The article (which I wasn't able to scan, so I'm reproducing it in its entirety below) appeared in the May 18, 1989 (Thursday) edition of the paper and it makes the end of "Dynasty" seem imminent, though no official decision had been made (or rather - announced). By Monday, ABC sealed its fate.
In addition to giving you some insight into the state of the prime time soap opera genre at the time, the article reveals several interesting facts concerning "Dynasty":
- The production cost of one episode of "Dynasty" had swollen to $1.3 million
- ABC's ad revenue from each episode had dropped to $1.1 million (by comparison, in Dynasty's heyday each 30-second commercial would pull in well over quarter of a million)
- 8 million people stopped watching "Dynasty" in the course of its 9th season (or 27% of its audience)
- "Dynasty" lost 36% of its female audience during the final season
- By comparison "Dallas" and "Falcon Crest" lost only 2 and 3 million viewers, respectively, and "Knots Landing" actually went up in the ratings that same year (despite being older than "Dynasty")
- "Dynasty" producers saved $1.2 million and $1 million by cutting Linda Evans' and Joan Collins' appearances
- If there had been a 10th season, there would have been additional cost-cutting (i.e. cast reductions)
Although the production studio could have continued to make quite a bit of money money on "Dynasty" with international sales, syndication and "Dynasty" merchandise, the show was no longer profitable for the network (unless they had significantly decreased the license fee).
Here is now the article:
TV's FLASHY NIGHTTIME SOAPS
SWIRL DOWN THE RATINGS DRAIN
May 18, 1989|By Dennis Kneale, Wall Street Journal
The rich and ruthless are having a tough time of it these days on the nighttime soaps. Tune into Dallas and you'll find oil bar on J.R. Ewing wedded to a dirt-poor country bumpkin. On Dynasty the silk-lined Krystle has fallen into a coma. Turn to Falcon Crest and having-it-all Maggie is getting chewed out by a waitress.
For anyone watching - and fewer than ever are - the message is clear: Rich is out. After a decade of fly-in-your-face wealth - Nolan Miller gowns, $1,000 snakeskin boots and smoking jackets to die for - after hundreds of hours of melodrama, materialism and modern immorality, the prime-time soaps may be going down the drain.
This season more than 2 million viewers have left Dallas, at 12 years the granddaddy of the lot. More than 3 million have given up Falcon Crest. As for Dynasty, that paradigm of flash and trash has lost 8 million people - 27 percent of its audience.
Only Knots Landing is doing well. Spun off from Dallas in 1980, it gained 1.5 million viewers this season. One reason: It shuns emeralds, empires and estates to focus on the more homespun travails of Karen and Mack and two other middle-class couples, who live on a cul-de-sac in Southern California.
''We're all sick and tired of watching shows about rich people as the economy presses on a lot of others,'' says Meredith Berlin, editor-in-chief of Soap Opera Digest. ''We're more interested in our own interiors: how we think, what we feel.''
''There was never anything bigger-than-life about Knots. Still isn't,'' says executive producer David Jacobs, the show's creator. ''When you watch Dallas, you're watching them. When you watch Knots, you're watching us.'' That's why Knots never generated the excitement or the ratings of the flashier soaps, he says - and why Knots may yet outlive them.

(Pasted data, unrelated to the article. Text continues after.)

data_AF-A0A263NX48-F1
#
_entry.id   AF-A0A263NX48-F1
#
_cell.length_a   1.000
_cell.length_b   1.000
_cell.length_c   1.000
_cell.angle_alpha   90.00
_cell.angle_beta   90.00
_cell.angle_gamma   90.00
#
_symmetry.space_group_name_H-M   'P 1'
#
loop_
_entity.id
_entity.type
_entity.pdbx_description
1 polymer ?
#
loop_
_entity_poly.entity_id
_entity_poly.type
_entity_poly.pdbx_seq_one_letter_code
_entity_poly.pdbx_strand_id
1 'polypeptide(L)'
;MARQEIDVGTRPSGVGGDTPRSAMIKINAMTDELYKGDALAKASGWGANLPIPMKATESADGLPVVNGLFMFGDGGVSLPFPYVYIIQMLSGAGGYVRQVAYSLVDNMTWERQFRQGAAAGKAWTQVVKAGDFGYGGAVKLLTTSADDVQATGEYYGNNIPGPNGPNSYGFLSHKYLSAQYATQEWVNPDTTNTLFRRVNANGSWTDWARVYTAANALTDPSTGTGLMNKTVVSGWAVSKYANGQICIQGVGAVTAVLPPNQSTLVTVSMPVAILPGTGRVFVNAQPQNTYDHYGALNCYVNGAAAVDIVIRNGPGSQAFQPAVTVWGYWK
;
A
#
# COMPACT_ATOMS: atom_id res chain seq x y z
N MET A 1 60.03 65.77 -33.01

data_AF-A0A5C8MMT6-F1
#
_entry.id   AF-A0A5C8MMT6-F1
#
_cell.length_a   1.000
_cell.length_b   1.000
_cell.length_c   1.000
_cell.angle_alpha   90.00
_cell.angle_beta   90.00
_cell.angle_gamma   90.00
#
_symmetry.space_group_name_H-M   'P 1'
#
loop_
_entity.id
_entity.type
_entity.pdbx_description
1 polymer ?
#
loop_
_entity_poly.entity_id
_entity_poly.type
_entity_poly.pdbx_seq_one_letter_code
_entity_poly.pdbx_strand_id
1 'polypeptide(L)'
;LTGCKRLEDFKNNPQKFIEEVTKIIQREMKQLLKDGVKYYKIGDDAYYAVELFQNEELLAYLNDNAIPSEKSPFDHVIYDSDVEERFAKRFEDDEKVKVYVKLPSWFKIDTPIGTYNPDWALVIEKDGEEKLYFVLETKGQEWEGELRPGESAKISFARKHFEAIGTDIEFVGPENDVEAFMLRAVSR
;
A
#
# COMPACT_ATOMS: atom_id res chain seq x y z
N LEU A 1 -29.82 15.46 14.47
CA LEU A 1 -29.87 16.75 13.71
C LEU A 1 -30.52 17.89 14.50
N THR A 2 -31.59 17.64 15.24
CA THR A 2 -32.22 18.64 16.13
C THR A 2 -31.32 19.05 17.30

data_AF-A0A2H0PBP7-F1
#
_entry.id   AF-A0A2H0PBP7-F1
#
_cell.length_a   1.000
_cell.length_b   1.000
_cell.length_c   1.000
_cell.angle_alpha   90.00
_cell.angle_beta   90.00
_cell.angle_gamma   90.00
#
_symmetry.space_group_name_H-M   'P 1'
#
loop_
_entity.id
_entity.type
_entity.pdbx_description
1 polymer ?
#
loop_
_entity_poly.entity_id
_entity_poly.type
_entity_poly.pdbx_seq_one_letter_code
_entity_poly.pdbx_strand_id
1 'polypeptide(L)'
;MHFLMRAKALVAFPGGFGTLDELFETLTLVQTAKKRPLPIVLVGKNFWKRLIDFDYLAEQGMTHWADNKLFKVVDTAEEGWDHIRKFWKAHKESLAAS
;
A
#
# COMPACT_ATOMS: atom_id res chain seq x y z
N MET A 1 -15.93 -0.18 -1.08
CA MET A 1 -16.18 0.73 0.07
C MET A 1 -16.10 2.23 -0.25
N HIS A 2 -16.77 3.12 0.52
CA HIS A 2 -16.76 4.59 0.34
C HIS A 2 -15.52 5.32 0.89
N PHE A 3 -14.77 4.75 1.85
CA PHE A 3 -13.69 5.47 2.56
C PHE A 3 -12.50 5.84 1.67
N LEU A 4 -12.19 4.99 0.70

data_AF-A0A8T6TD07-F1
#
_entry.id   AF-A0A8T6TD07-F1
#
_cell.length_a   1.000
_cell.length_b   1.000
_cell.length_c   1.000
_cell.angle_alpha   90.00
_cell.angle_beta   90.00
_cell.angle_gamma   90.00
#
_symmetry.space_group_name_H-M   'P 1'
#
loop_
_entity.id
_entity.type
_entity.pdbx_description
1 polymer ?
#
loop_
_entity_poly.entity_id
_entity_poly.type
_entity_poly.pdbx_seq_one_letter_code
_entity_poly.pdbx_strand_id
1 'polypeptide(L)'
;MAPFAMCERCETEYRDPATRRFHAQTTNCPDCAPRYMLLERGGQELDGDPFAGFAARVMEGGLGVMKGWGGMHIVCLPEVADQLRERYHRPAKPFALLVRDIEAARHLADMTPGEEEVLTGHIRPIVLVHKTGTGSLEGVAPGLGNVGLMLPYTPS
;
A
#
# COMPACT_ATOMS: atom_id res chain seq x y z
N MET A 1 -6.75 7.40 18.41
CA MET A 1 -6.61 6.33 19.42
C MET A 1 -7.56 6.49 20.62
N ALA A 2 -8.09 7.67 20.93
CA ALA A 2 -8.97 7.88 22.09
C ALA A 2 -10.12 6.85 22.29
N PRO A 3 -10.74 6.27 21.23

Audiences that once lapped up the philandering and finagling of the ultra-rich now prefer shows like thirtysomething, about angst-filled yuppies who tirelessly analyze their insides, and the blue-collar comedy Roseanne. The heroes of the new drama Dream Street run a refrigeration business in New Jersey.
The soaps still have their diehard fans, of course; and they still attract advertisers ''who want their commercials in a glamorous setting - people with nice hair and nice clothing,'' says Betsy Frank, senior vice president at Saatchi & Saatchi.
But the soaps are the most expensive shows to produce. An episode of Dynasty costs ABC $1.3 million or so - yet brings in only $1.1 million in ads after commissions. For his starring role on Dallas, Larry Hagman, a k a J.R., is paid about $150,000 a show, or $3.9 million for a full season. Each Dallas episode costs up to $1.6 million and brings in only about as much in net ad sales. Worse, ad revenues are limited because soaps do poorly in reruns and are aired only once.
In a last-ditch effort to stage a melodramatic comeback, soap producers are shaving costs, experimenting with new plot twists, bringing in grubbier characters and shedding stars. Dynasty fans freaked this season when the sterling-haired Blake Carrington bade farewell to his beloved wife, the relentlessly plucky Krystle. She underwent brain surgery and wound up comatose.
The painful truth: The producers cut Krystle (Linda Evans) to only six episodes this year, from all 22 episodes that aired last season, saving more than $1.2 million. Next year, she is unlikely to be back at all. Krystle's nemesis, the villainous vixen Alexis Morel Carrington Colby Dexter Rowan, played by Joan Collins, has appeared in only 13 of the 22 episodes done this season - another $1 million saved.
David Paulson, executive supervising producer of Dynasty, says he doesn't want to sound callous, but ''over time the stars of the shows make more and more money. All these shows are cutting back. It's just gotten too expensive. And we'll have to cut more, if the show is to come back.''